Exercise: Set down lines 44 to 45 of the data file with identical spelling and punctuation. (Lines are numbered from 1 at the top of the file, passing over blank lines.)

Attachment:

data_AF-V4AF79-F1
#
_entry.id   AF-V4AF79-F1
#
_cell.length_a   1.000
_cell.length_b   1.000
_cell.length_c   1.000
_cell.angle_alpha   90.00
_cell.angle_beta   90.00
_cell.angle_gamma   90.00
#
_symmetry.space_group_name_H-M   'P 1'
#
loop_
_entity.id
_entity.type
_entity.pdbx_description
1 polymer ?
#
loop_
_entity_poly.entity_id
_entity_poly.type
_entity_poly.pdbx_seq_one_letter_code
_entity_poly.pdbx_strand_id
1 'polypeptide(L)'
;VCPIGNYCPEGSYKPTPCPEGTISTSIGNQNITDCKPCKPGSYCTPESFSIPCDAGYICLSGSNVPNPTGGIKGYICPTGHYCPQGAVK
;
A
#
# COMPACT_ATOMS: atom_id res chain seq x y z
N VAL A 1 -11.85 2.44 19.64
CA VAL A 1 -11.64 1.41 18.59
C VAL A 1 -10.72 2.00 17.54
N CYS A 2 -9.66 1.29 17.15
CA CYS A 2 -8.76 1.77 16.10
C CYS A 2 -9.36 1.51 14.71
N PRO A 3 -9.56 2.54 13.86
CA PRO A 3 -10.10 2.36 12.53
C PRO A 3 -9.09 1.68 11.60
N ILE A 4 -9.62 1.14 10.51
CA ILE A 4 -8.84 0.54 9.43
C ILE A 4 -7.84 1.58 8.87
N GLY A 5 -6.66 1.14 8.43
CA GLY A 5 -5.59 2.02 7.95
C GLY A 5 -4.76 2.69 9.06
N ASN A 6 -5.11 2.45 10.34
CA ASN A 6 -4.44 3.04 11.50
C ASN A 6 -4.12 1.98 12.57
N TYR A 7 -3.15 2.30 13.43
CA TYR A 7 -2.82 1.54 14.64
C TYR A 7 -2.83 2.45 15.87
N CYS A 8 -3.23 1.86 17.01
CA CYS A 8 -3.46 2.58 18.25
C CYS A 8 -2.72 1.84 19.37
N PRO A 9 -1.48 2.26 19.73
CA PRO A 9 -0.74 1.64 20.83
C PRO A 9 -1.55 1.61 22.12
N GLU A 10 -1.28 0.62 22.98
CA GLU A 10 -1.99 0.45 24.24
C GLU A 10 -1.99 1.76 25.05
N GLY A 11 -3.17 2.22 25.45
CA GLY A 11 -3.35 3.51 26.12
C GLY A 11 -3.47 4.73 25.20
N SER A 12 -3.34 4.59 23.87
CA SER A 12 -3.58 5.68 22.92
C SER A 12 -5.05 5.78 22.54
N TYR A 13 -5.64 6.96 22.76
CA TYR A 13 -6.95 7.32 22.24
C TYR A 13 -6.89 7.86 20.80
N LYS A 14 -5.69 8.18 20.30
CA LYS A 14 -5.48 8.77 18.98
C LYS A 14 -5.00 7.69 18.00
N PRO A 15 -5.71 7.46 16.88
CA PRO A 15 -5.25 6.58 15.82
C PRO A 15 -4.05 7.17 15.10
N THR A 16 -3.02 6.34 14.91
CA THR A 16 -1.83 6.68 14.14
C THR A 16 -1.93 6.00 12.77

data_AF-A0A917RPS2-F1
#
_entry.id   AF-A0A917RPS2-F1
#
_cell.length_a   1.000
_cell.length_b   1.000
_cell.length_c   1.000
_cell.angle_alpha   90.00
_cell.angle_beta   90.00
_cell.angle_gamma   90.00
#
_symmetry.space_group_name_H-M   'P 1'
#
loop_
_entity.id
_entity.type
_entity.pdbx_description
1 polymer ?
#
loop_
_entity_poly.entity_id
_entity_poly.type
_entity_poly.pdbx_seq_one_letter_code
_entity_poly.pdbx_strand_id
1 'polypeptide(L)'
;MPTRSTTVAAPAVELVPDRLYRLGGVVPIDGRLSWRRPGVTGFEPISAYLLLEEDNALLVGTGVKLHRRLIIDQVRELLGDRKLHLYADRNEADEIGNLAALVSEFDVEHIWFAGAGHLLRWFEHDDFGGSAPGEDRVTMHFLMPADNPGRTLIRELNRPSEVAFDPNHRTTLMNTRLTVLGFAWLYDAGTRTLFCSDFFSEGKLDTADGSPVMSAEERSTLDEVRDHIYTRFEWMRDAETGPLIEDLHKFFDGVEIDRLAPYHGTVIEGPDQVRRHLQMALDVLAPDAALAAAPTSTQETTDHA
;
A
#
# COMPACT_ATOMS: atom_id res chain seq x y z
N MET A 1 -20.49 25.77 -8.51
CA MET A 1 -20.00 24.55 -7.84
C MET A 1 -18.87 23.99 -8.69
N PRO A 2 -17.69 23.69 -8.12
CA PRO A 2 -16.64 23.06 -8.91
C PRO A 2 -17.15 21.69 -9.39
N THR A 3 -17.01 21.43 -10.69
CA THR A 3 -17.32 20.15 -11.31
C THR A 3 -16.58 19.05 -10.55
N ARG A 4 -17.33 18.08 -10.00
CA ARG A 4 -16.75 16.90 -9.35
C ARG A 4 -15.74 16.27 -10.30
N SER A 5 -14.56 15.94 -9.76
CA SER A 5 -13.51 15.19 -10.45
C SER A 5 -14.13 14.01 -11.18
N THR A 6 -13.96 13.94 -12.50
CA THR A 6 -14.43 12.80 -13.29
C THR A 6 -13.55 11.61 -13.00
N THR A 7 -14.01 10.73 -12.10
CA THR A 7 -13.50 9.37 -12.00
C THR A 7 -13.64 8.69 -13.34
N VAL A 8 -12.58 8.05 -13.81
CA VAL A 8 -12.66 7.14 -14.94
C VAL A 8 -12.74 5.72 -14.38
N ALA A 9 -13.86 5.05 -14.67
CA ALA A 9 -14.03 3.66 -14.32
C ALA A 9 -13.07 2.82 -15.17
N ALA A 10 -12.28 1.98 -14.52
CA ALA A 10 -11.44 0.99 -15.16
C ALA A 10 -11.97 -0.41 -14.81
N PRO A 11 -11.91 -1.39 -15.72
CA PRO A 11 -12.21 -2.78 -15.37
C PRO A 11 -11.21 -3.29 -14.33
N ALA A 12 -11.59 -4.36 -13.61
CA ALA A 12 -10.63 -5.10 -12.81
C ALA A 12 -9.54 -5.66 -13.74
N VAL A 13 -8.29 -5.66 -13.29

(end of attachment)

CA GLY A 5 -5.59 2.02 7.95
C GLY A 5 -4.76 2.69 9.06